Pacific Rim Uprising
Time Out says
Guillermo del Toro hands over the reins of a smashing-robot franchise that shows no signs of slowing – or quietening – down.
Jaegers (giant robots) and Kaiju (huge primeval creatures with interdimensional containment issues) are again going head to head in Pacific Rim Uprising, and while director Guillermo del Toro has not returned for this sequel to his 2013 original, TV veteran Steven S DeKnight (Netflix’s Daredevil) proves a more-than-capable replacement. Uprising may lack some of the texture and personality of Del Toro’s work, but it’s still a film he would have gone to see a dozen times when he was a young monster fan.
More than 20 minutes shorter than its predecessor and set ten years later, Uprising eschews complex world-building and subtle characterisations to provide rock-’em- sock-’em robotics for undiscerning sci-fi fans. John Boyega, star of The Force Awakens and The Last Jedi, plays Jake Pentecost, son of the first film’s heroic, deceased Stacker. Apprehended for illegally dealing Jaeger hardware, Jake is given the chance to wipe his slate clean by helping instruct new robot-pilot cadets, including fellow orphan and mechanical wiz Amara (newcomer Cailee Spaeny).
Familiar basic-training shenanigans follow, along with some clichéd intrigue involving a tech CEO who wants to introduce unmanned Jaegers. Livening things up are Charlie Day and Burn Gorman as returning oddball scientists Geiszler and Gottlieb; the former has one moment in which he gets a little too personally involved in his hyperzoological studies, suggesting a distinctively weird road that Uprising chooses not to travel down.
There’s a directness and swift pace to the first hour or so that works on an elemental level, and the final act is a delirious sugar rush of city-smashing spectacle (in Tokyo, of course, which has been evacuated to avoid any pesky collateral damage), delivering precisely the goods the movie promises. Generic it may be, but Uprising kicks the metal ass of any of the ponderous Transformers films.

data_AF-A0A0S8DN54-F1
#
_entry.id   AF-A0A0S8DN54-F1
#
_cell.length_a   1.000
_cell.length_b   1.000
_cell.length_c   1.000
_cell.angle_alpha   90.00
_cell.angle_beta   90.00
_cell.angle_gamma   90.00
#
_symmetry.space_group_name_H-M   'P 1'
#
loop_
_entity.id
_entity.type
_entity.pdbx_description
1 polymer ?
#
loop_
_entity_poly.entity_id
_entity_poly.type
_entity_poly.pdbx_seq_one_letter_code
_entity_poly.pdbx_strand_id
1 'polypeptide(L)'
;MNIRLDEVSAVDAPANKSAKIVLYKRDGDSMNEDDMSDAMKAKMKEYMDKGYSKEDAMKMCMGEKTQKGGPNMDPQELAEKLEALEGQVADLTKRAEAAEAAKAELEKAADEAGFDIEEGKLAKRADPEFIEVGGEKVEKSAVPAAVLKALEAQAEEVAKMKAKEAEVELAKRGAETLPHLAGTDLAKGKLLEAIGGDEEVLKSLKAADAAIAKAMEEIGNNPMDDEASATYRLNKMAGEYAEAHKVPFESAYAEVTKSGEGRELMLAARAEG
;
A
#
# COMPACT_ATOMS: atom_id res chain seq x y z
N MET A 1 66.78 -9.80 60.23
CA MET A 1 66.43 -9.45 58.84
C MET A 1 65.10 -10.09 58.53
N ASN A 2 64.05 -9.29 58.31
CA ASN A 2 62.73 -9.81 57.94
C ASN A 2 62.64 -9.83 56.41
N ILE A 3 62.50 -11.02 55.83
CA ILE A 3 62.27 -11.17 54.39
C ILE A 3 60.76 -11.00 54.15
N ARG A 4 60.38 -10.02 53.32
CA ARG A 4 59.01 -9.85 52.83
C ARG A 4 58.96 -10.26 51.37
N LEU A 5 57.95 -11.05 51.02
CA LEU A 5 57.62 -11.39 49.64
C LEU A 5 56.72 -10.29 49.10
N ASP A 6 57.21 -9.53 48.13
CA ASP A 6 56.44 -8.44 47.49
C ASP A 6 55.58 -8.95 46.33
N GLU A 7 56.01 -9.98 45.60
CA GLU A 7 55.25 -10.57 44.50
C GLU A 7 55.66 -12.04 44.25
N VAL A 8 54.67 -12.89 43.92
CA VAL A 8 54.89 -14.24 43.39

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The first PACIFIC RIM by director Guillermo Del Toro was well crafted with top-notch direction, cinematography, writing, state-of-the-art visual effects and was quality B-grade schlock, This new sequel has inferior direction, inferior writing with a screenplay where the first two acts of the film are not compelling and downright banal. The third act the film is exciting in it's mayhem and destruction but 70% of this film is dumbed down to an offensive extent. There's a 13 year old girl who builds her own jaeger from junkward parts without ever explaining how she achieves such a feat. She outsmarts all the adults which had my eyes rolling in disbelief. The writing to this sequel is the real problem. Compared to the first movie one can tell that the effort was there in respecting audience entertainment where with this sequel is an instant cash grab in the lucrative Asian market.